Hospital de la Santa Creu
Hospital de la Santa Creu
For over five centuries, between 1414 and 1926, the old Hospital de la Santa Creu was the city's major healthcare complex. It was built round a large Gothic cloister and underwent various phases of construction and extension. The result is an imposing rectangular site with a central courtyard and exits on Carrer de l’Hospital, to the south, and Carrer del Carme, to the north.
A long history
In 1401, in the presence of King Martin the Humane, the first stones were laid of the Hospital de la Santa Creu, which was to become the largest hospital centre in Barcelona. In fact, it was built with the idea of bringing the city's six existing hospitals together into a single location. The first stage was completed in 1414 and the hospital started working while the other stages were being carried out.
A century later and the complex was practically finished. Further modifications were made in the 16th century, such as the addition of the two monumental staircases and the plateresque-style door on Carrer de l’Hospital, which became the main entrance. Drinking water was piped there too. In the 17th century another building was attached, namely the Casa de Convalescència convalescent home (the building at the northern end, adjacent to Carrer del Carme) and, in the following century a surgery college, the Col·legi de Cirurgia, was built.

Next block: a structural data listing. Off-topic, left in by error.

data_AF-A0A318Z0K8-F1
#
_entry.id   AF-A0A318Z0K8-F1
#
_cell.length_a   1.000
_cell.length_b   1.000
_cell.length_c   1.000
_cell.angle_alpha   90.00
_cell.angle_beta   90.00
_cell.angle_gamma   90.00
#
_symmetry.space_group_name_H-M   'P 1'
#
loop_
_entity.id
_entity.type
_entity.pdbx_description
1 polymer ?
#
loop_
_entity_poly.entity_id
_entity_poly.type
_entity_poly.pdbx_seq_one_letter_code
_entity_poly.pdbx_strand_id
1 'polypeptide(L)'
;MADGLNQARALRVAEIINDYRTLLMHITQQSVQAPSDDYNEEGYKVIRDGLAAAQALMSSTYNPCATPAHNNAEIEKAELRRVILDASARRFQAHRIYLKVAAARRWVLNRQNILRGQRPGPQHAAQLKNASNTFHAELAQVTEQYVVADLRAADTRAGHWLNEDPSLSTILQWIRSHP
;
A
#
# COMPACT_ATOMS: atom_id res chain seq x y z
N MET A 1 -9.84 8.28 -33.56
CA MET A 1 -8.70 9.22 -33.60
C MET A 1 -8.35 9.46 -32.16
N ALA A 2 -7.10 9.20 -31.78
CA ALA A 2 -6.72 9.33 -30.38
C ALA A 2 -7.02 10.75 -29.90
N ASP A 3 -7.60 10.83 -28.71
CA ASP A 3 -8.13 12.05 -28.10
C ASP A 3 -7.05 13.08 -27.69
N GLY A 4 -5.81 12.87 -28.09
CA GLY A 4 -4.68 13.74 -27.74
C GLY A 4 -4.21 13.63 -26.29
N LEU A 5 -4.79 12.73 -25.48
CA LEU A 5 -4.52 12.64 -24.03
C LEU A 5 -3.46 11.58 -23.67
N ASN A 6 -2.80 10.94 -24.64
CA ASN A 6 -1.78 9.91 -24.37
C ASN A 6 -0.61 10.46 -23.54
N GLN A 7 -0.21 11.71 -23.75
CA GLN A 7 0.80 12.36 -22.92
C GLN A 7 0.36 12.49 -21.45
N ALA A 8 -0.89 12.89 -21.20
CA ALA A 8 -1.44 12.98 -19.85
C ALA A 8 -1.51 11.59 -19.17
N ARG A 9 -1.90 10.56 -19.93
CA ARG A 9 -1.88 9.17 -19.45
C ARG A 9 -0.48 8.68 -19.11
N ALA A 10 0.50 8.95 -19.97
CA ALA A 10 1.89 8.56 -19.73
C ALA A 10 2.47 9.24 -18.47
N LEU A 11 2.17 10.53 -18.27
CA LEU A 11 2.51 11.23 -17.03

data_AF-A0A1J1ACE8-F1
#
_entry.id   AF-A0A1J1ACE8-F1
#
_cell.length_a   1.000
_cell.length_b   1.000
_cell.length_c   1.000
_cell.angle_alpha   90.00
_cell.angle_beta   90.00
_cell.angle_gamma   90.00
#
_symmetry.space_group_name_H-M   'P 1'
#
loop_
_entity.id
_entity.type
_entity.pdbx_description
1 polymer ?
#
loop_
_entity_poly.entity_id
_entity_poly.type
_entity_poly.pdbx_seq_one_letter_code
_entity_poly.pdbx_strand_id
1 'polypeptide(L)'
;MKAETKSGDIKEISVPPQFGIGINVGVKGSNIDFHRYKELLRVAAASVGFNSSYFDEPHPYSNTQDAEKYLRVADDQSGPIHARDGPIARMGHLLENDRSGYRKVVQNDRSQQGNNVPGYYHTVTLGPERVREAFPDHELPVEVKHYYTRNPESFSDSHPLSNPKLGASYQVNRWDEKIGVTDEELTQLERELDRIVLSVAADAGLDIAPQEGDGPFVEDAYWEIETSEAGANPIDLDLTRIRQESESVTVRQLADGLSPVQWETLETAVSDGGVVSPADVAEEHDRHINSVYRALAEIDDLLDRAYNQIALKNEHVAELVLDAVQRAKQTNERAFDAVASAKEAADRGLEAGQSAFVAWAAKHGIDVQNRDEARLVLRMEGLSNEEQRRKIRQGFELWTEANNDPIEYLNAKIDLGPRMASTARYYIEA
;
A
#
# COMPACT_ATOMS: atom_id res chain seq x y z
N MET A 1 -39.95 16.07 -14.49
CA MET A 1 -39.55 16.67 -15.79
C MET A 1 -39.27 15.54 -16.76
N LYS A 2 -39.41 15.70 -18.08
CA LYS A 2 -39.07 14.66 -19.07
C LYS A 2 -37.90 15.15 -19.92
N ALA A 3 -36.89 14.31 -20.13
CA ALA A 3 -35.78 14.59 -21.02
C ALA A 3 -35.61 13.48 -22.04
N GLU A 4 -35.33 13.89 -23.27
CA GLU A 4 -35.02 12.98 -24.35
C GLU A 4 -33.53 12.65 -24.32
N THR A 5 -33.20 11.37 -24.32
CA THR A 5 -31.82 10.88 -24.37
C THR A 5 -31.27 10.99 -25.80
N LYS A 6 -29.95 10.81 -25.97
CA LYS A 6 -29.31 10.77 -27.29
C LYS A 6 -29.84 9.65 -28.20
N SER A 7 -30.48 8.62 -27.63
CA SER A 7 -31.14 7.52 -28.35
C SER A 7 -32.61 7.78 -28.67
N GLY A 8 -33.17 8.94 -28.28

From King Martin to the architect Gaudí
By the end of the 19th century the hospital complex could not provide care for the ever more populous city, nor was it able to adapt to the dynamics of modern medicine. Consequently it was agreed to move it to the newly built Hospital de Sant Pau. After five centuries of medical service, the old hospital closed in 1926, the same year that a seriously injured Antoni Gaudí was admitted and died. He was one of its last patients.
Today, the old Santa Creu Hospital is regarded as one of the most important civil Catalan Gothic sites, and its various buildings continue to serve the city. They house the national library, the Biblioteca de Catalunya, as well as the Institut d’Estudis Catalans (IEC - Institute of Catalan Studies), the Royal Academy of Pharmacy and the Academy of Medicine, with its anatomical amphitheatre, a dissecting table that can be visited and which dates from the 18th century. There is also a school, a theatre, a contemporary art centre and, in the middle of the courtyard, a fountain with a jet where an egg dances, L'ou com balla, to celebrate the festival of Corpus Christi.
- Carrer de l’Hospital, 56